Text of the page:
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Remote work isn’t the problem. Work is.

Remote work isn’t the problem. Work is.

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Employees want to work from home. Their bosses, however, can’t wait to get back to the office. Knowledge workers think being remote makes their jobs better, while managers worry the arrangement could cause the quality of work to suffer. But in scapegoating remote work, companies may be disguising the real scourge of creativity right now: too much work.

Executives were nearly three times more likely than non-executives to say they want to return to the office full time, according to Slack’s Future Forum Pulse survey. The report found that while nearly 80 percent of knowledge workers want flexibility in where they work — citing benefits ranging from work-life balance to lower anxiety at work and a better sense of belonging — their employers think that the arrangement will lead to a variety of ills, diminishing the company’s collaboration, creativity, and culture. These concerns track with another recent report from Northeastern University that found that more than half of C-suite executives were concerned about their workforce’s ability to be creative and innovative in a primarily remote work environment.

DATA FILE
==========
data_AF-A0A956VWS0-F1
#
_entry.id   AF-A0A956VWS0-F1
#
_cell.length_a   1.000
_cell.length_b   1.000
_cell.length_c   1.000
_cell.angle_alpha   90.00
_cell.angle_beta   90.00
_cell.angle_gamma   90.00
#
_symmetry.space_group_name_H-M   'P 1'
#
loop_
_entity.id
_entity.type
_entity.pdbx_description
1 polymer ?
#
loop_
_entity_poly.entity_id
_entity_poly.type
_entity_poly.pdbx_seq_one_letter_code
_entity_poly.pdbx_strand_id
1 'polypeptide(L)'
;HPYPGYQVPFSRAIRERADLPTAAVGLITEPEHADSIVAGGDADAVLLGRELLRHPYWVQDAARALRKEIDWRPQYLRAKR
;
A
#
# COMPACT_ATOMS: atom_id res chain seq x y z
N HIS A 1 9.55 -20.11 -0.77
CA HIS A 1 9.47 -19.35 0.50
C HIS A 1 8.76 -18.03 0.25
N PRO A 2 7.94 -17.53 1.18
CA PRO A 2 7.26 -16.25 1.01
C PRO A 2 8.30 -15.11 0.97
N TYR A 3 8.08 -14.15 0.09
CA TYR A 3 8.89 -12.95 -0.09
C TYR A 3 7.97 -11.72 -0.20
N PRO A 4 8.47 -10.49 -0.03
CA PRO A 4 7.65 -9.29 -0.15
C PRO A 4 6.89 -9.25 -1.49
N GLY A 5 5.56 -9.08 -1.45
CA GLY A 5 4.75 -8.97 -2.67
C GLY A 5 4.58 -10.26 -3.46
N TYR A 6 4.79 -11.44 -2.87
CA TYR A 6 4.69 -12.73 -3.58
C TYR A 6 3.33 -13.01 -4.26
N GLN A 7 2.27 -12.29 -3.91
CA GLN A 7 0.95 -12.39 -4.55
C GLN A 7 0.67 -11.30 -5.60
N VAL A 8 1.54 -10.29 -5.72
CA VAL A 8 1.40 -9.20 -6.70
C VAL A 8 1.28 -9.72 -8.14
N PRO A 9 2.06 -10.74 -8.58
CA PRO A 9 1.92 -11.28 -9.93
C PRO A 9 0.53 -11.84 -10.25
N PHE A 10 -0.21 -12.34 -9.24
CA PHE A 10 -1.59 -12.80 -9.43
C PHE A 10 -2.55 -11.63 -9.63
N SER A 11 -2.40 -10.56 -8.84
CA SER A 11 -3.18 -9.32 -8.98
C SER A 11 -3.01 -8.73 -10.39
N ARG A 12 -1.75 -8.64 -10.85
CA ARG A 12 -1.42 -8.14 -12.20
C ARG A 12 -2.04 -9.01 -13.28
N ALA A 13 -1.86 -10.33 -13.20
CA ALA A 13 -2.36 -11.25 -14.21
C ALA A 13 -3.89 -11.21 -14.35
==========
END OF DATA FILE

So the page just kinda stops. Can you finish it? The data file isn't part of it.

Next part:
As the worst effects of the omicron variant start to wane, companies will again start to make noise about bringing people who’ve been working from home on their computers for the last two years back to the office. Thanks to an incredibly tight labor market, however, these employees have more leverage than they typically do to get what they want. How this plays out will shape how work is done for years to come.



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